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‘No improvement’ in pancreatic cancer survival


There has been no improvement in survival rates for pancreatic cancer patients over the past 40 years, despite improvements across many other cancer types, according to research by Macmillan Cancer Support.

Pancreatic cancer remains the worst performing cancer, with a median survival rate well under one year.

Taking data published by the London School of Hygiene and Tropical Medicine, an analysis of 20 cancers in the UK, including pancreatic cancer, was carried out to determine median survival rates from the early 1970’s to 2007.

Median survival is calculated as the time it takes until half of those diagnosed have died.

Six cancers now have median survival times of more than ten years and some cancers such as colon cancer and non-Hodgkins Lymphoma have seen dramatic improvements.

The low median survival for pancreatic cancer is reflected in the one and five-year survival rates for this disease, which stand at 17% and only 3% respectively in the UK.

Low one year pancreatic cancer survival rates in particular are indicative of later-stage disease at diagnosis borne out by the fact that only 10% of patients are diagnosed in time for surgery, currently the only potential for a cure.

Pancreatic cancer, although being the fifth biggest cancer killer in the UK, killing over 22 people per day, has been underfunded for decades and currently receives only 1% of total cancer research funding.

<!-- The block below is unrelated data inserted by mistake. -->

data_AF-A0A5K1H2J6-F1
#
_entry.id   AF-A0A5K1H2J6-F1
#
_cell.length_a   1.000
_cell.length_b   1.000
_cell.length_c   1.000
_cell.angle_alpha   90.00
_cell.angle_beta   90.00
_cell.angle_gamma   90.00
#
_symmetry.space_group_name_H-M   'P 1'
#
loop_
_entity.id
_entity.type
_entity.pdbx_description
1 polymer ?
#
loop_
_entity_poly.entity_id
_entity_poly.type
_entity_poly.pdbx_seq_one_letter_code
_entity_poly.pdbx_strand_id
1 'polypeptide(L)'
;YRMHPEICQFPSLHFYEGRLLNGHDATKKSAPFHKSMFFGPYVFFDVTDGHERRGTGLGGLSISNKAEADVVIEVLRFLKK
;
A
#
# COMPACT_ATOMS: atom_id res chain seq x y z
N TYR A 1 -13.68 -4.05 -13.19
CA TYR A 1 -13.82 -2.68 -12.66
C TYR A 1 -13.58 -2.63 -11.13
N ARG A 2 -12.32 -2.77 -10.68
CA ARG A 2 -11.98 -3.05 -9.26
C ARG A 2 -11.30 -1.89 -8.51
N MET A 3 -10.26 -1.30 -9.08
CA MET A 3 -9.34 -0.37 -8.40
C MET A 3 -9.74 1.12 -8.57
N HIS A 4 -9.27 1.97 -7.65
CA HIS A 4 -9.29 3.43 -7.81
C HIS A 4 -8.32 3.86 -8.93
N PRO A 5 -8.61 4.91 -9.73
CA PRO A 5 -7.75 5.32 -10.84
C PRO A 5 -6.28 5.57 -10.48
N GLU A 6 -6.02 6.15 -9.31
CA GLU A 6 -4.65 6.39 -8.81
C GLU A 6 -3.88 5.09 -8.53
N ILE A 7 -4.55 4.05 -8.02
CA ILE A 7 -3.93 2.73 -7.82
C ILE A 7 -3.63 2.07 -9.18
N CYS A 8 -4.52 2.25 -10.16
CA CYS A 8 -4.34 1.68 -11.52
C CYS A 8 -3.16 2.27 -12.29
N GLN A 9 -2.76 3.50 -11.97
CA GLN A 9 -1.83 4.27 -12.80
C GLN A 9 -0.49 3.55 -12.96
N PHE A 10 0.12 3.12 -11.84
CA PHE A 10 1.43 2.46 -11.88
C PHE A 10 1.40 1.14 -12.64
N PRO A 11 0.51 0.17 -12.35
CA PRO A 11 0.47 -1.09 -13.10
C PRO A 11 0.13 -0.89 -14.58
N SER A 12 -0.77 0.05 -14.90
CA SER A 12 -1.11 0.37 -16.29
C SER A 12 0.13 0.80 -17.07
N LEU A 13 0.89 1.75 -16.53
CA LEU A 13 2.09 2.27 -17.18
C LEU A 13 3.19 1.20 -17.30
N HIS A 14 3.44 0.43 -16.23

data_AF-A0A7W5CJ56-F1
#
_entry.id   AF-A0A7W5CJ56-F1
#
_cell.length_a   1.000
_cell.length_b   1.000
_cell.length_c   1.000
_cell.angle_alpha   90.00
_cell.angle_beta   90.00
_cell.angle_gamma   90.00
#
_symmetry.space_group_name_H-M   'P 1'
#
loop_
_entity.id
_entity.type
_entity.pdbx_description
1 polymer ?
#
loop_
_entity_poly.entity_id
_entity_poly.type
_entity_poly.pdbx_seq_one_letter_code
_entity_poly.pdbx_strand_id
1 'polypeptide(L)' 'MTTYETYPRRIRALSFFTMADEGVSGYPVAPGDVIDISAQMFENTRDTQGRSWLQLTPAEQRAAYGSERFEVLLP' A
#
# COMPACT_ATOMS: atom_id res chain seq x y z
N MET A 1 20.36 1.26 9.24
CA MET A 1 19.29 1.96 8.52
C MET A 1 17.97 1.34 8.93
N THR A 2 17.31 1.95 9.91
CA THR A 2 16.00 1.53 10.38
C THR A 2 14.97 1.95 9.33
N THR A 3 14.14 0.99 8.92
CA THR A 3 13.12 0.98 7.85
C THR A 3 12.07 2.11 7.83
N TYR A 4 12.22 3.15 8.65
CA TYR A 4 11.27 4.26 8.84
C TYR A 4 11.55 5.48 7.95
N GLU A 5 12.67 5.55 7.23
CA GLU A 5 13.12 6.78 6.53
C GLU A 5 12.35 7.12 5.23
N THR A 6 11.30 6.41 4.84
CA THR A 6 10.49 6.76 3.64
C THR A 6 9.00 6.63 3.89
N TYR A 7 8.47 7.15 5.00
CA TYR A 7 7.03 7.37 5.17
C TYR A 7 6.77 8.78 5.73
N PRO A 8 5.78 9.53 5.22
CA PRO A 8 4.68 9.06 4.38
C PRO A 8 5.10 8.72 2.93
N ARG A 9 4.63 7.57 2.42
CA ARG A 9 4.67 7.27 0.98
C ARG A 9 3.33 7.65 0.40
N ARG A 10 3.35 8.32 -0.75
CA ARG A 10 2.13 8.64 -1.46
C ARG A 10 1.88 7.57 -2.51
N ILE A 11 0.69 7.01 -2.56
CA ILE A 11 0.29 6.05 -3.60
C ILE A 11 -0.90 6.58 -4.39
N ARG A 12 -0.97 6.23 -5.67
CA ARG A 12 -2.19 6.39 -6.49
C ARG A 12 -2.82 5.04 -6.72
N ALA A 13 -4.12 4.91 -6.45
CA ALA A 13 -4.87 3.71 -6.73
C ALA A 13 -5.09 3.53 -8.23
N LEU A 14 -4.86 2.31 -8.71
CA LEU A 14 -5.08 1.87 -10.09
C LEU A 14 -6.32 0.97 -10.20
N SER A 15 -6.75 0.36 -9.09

According to Pancreatic Cancer Action charity, as well as increasing the amount of investment into the disease, the focus needs to be on earlier diagnosis so more people can be diagnosed in time for surgery.

This means there has to be a greater awareness of the signs and symptoms of the disease among both the public and medical communities.

“Again we are seeing major improvements in survival for the majority of cancers in the UK which is fantastic news for patients,” said Ali Stunt, Founder and Chief Executive of Pancreatic Cancer Action.

“Sadly the same cannot be said for pancreatic cancer patients who are still facing a disease with the lowest survival rates in the UK. The fact that these have not improved in over forty years is, frankly, appalling.

“The Department of Health claimed that it is giving high priority to cancers where survival rates have not improved. Unfortunately we’re not seeing evidence of that for pancreatic cancer.

“There needs to be a greater focus on pancreatic cancer in terms of awareness, early diagnosis and funding. It’s time for change.”

Pancreatic Cancer Action

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